By Alec Horowitz
By Alec Horowitz
Two and a half stars
When I go to a used bookstore, I like to go through boxes of different series of books. It can often be hard to find the right kind of book, because the series of books are often out of order or missing books, and you can’t start a book series in the middle, or you will have no idea what’s going on in the book. The same could be said for the new Terminator film, “Terminator: Salvation”, which sounds like a franchise reboot. Don’t be fooled. “Terminator: Salvation” is not a franchise reboot, in a movie season chock full of them like “Star Trek” and “Friday the 13th”.
If your going to see “Terminator: Salvation”, you better know something about Terminator, Terminator 2: Judgment Day, Terminator 3: Rise of The Machines and Terminator: The Sarah Connor Chronicles, the smart but short lived show on the Fox Network to know what’s going on in Terminator: Salvation. Even as I check the Wikipedia page for Terminator Salvation, it says under plot: see Terminator 3.
Terminator: Salvation is directed by McG, who starts the film off with a man on death row named Marcus (Sam Worthington), who is convinced to donate his organs to charity. Year’s later; he wakes up as a Terminator himself. He meets John Connor (Christian Bale, cashing in his new status as a nerd icon). Connor is still leading the revolution against the machines. He doesn’t know he is a machine yet. He travels with a little girl who doesn’t speak and a man through the desert of deserted Los Angeles. There’s a scene where they go to an abandoned 7-11 (worst product placement of the year). As cool as the scene was, watching the giant robot attack, when one of the human fighters is talking, it’s hard to take him seriously when in the background; it says, “Try our New Slurpee." 7-11 shares honors with Sony for worst product placement. The world is in total ruins and Sony is still in business?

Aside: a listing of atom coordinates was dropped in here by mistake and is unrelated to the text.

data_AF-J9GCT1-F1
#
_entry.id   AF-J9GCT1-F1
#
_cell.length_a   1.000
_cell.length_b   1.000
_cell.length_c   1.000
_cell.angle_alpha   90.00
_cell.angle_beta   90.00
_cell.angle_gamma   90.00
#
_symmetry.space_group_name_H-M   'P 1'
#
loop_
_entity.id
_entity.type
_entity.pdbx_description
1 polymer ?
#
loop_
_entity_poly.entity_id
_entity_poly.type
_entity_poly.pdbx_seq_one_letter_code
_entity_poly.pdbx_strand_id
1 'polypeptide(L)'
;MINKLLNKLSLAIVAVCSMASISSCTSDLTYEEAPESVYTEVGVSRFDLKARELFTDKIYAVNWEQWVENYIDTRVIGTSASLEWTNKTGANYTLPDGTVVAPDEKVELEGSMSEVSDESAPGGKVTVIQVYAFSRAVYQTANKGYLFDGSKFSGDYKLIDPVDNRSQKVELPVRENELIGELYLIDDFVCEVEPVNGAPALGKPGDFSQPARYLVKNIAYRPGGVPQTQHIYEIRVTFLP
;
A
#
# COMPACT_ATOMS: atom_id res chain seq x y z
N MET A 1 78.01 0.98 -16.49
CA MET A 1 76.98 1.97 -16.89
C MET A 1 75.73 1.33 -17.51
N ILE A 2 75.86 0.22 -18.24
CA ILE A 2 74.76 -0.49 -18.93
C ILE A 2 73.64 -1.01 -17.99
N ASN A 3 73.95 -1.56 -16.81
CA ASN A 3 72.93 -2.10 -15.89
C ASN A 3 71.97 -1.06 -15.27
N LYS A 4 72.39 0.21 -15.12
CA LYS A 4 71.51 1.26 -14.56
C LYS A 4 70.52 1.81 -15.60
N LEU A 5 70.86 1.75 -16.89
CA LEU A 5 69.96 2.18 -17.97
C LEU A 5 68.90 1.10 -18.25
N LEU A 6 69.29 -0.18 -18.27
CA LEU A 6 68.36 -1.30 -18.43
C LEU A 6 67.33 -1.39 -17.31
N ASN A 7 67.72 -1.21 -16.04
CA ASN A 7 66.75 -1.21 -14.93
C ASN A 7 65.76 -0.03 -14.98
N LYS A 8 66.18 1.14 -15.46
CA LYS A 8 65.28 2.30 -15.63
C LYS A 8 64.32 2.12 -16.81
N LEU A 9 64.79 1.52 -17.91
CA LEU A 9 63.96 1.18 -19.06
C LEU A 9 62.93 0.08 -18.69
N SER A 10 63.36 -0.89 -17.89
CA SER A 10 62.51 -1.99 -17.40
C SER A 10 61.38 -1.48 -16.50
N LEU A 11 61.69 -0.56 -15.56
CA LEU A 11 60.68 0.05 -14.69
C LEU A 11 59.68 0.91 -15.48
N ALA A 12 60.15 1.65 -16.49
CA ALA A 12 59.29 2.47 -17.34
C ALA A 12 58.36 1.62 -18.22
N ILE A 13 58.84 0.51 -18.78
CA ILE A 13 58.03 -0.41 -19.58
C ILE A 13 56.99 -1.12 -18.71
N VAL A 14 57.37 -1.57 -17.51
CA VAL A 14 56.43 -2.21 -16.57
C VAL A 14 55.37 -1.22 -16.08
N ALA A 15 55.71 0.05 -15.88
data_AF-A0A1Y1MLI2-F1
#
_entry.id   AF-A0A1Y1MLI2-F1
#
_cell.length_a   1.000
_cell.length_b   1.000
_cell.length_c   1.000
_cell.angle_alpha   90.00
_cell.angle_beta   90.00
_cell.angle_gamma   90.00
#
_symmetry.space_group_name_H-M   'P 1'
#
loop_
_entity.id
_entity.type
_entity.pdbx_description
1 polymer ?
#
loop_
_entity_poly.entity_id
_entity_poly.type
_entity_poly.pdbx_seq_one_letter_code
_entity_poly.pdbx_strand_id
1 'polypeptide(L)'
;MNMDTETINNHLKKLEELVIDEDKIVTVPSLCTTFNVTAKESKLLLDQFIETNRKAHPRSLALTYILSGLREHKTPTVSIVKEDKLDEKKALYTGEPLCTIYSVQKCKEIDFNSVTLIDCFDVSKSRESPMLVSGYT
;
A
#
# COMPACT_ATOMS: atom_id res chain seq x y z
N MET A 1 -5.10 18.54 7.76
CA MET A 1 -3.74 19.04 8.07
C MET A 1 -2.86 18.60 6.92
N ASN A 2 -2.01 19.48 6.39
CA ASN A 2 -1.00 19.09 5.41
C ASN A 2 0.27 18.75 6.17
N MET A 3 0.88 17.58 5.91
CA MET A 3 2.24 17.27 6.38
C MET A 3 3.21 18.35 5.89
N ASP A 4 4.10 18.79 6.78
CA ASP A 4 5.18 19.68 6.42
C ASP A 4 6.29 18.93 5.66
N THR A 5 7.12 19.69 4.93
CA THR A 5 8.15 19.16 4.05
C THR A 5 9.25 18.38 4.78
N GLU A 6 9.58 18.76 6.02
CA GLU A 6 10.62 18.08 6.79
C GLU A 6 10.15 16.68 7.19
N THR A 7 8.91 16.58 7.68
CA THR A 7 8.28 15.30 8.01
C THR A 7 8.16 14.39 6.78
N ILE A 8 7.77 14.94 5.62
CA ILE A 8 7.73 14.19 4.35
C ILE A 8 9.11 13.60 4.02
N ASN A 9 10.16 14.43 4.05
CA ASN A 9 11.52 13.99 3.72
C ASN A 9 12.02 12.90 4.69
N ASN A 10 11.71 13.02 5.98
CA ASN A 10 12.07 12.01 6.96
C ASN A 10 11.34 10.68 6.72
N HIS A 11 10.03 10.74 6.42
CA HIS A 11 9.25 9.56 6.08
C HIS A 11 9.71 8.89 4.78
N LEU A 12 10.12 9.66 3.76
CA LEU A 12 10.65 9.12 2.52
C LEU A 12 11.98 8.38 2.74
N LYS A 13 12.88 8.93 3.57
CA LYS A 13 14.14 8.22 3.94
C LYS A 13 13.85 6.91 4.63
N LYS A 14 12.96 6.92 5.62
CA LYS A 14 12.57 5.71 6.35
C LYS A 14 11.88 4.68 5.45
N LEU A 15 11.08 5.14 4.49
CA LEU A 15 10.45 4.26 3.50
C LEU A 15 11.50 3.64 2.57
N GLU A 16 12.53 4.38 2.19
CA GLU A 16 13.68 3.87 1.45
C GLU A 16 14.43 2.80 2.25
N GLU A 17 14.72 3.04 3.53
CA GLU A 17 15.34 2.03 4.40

Anyway, the film can be fun. The giant robots chasing humans, as they try to escape slaughterhouses run by the robots. The romance between the death row inmates who’s now a robot and the human women who feels he is more than a machine and he has a soul. John Connor running, trying to get everyone out. McG is a good choice for this assignment. I’m glad this wasn’t a Michael Bay product. Fun, fun, fun but only if you understand the plot. There is a scene where Skynet is explained to Marcus by a computer. Still, they can explain as much as they want. If you don’t know the first few films or the short lived television series or both, your not going to get this film. It even has a fun but campy cameo by Arnold Schwarzenegger, which serves as fan service. Most of this film is fan service.
Yes, it’s a good try at introducing a new generation to The Terminator, but while ‘Star Trek’ successfully re-booted the francise, this film is for followers and fans only. Maybe you should buy the video game before seeing this film. The truth is that either way, the experience will be about the same, and to have that experience, you don't even need to know a thing about the backstory. Just know how to aim your gun at a giant robot. You know, like the video game Call of Duty, except with a human/robot war instead of World War II.